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      Improved recovery from spinal cord injury in rats with chronic parvovirus serotype-1a infection

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      1 , * , 1 , 1 , *
      Spinal Cord
      Nature Publishing Group

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          Abstract

          Objectives:

          A vendor informed us that rats shipped to us and used by us in a spinal cord contusion injury experiment were infected by rat parvovirus type 1a (RPV-1a). Our aim was therefore to determine whether this infection may have altered locomotor recovery or tissue pathology.

          Setting:

          Stockholm, Sweden.

          Methods:

          We induced a moderate contusion injury of the spinal cord in rats received from an (unknown to us) RPV-1a-contaminated facility. We compared the hind limb locomotor function between RPV-1a-infected rats and non-infected controls with the same spinal cord lesions, obtained before (historical control), as well as after infection (future controls). Histologically, we assessed spinal tissue sparing, astrocyte reactivity and the amount of macrophages/activated microglia.

          Results:

          RPV-1a-infected rats had significantly better hind limb locomotor recovery compared with both ‘historical' and ‘future' controls. We also observed significantly better tissue sparing and axonal sparing around the injury site, as well as significant reductions in macrophages/activated microglia and astrocyte reactivity in the spinal cords of RPV-1a-infected rats.

          Conclusion:

          The results stress the importance of knowing the health status of animals used to study central nervous system trauma and support the notion that acquired infections, even if asymptomatic, may alter response to injury in mammals. Furthermore, the results demonstrate that virus infections may have positive effects on functional recovery after spinal cord injury and indicate that RPV-1a infection may be neuroprotective by dampening secondary damage.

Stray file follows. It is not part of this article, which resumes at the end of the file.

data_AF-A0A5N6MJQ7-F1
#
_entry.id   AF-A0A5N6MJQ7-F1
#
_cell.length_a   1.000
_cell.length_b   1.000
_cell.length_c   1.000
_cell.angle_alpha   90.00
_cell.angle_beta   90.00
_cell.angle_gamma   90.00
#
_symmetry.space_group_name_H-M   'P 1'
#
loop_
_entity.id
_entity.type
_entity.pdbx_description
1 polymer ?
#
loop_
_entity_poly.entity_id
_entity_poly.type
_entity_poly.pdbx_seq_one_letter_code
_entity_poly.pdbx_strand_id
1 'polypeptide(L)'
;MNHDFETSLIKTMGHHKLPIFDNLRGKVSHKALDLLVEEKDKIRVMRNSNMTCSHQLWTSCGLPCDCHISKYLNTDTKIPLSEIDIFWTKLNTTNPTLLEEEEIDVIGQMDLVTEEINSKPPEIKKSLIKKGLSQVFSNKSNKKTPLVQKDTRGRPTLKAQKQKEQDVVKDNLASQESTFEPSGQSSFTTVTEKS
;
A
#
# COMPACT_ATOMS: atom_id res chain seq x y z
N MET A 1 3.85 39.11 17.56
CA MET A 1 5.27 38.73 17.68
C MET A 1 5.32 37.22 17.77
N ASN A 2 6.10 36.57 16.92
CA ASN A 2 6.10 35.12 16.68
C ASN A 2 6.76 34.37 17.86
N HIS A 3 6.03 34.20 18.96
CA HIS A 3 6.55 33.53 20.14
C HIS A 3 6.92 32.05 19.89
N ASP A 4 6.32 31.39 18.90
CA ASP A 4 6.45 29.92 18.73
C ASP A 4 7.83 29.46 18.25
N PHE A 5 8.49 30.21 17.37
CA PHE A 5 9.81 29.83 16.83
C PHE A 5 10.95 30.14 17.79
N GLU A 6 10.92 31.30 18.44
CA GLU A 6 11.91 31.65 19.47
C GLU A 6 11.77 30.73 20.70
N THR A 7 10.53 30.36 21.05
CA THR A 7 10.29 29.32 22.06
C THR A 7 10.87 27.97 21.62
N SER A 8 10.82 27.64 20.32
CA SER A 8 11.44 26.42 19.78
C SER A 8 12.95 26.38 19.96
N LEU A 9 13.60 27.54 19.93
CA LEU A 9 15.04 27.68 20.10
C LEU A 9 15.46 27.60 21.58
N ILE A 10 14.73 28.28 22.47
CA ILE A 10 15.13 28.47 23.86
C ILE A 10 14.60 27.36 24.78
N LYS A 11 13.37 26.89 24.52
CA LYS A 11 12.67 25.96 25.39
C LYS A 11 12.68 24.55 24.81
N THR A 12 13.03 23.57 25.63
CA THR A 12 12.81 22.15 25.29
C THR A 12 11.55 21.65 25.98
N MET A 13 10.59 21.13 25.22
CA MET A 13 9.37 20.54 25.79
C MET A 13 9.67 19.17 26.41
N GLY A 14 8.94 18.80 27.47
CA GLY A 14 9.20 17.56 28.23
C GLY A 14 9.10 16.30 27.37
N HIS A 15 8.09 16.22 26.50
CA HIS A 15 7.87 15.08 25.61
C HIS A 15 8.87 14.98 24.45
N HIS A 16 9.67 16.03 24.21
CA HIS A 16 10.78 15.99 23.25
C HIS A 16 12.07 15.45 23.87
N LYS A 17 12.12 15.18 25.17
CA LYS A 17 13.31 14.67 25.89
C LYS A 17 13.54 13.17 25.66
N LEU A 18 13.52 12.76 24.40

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          Most cited references12

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          Immune surveillance in the central nervous system

          Despite being protected by the blood-brain barrier, the CNS must constantly be monitored for insult or pathogen invasion. In this review, the authors illustrate the molecular and cellular players that preside over this surveillance of the brain and spinal cord.
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            The impact of parasite infections on the course of multiple sclerosis.

            Previously, we demonstrated that helminth-infected MS patients showed significantly lower number of relapses, reduced disability scores, and lower MRI activity compared to uninfected MS subjects. In the current study, 12 patients with diagnosis of relapsing remitting MS presenting parasite infections were prospectively followed during 90 months; due to exacerbation of helminth-infection symptoms after 63 months of follow-up, 4 patients received anti-parasite treatment. Helminth-infection control was associated with significant increase in clinical and radiological MS activities. Moreover, these patients showed significant increase in the number of IFN-γ and IL-12 producing cells, and a fall in the number of TGF-β and IL-10 secreting cells, as well as CD4+CD25+FoxP3+ Treg cells evident 3 months after anti-helminth treatment began. These new observations on parasite infections associated to MS indicate that parasite regulation of host immunity can alter the course of MS. Copyright © 2011 Elsevier B.V. All rights reserved.